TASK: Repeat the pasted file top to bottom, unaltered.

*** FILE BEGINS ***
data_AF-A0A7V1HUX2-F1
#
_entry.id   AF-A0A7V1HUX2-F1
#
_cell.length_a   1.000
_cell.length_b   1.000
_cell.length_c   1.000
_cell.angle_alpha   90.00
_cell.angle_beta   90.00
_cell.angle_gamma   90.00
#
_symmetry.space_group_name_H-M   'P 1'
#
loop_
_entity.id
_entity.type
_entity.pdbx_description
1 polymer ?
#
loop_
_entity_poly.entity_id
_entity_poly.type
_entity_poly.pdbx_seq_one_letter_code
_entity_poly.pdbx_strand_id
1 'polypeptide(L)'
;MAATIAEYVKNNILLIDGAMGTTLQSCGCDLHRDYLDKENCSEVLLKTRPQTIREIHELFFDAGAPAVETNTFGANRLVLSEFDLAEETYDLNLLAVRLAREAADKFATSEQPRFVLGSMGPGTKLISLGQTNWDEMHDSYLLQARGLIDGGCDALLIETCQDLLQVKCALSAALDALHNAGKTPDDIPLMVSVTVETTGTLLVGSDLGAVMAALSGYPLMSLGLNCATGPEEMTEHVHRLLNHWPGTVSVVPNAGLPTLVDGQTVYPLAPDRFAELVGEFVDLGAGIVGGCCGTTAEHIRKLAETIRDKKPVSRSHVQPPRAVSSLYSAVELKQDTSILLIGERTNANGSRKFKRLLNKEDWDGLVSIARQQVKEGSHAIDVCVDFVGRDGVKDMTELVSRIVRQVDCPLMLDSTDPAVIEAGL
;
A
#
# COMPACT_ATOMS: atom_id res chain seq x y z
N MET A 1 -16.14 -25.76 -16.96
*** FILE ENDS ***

data_AF-A0A7V1HUX2-F1
#
_entry.id   AF-A0A7V1HUX2-F1
#
_cell.length_a   1.000
_cell.length_b   1.000
_cell.length_c   1.000
_cell.angle_alpha   90.00
_cell.angle_beta   90.00
_cell.angle_gamma   90.00
#
_symmetry.space_group_name_H-M   'P 1'
#
loop_
_entity.id
_entity.type
_entity.pdbx_description
1 polymer ?
#
loop_
_entity_poly.entity_id
_entity_poly.type
_entity_poly.pdbx_seq_one_letter_code
_entity_poly.pdbx_strand_id
1 'polypeptide(L)'
;MAATIAEYVKNNILLIDGAMGTTLQSCGCDLHRDYLDKENCSEVLLKTRPQTIREIHELFFDAGAPAVETNTFGANRLVLSEFDLAEETYDLNLLAVRLAREAADKFATSEQPRFVLGSMGPGTKLISLGQTNWDEMHDSYLLQARGLIDGGCDALLIETCQDLLQVKCALSAALDALHNAGKTPDDIPLMVSVTVETTGTLLVGSDLGAVMAALSGYPLMSLGLNCATGPEEMTEHVHRLLNHWPGTVSVVPNAGLPTLVDGQTVYPLAPDRFAELVGEFVDLGAGIVGGCCGTTAEHIRKLAETIRDKKPVSRSHVQPPRAVSSLYSAVELKQDTSILLIGERTNANGSRKFKRLLNKEDWDGLVSIARQQVKEGSHAIDVCVDFVGRDGVKDMTELVSRIVRQVDCPLMLDSTDPAVIEAGL
;
A
#
# COMPACT_ATOMS: atom_id res chain seq x y z
N MET A 1 -16.14 -25.76 -16.96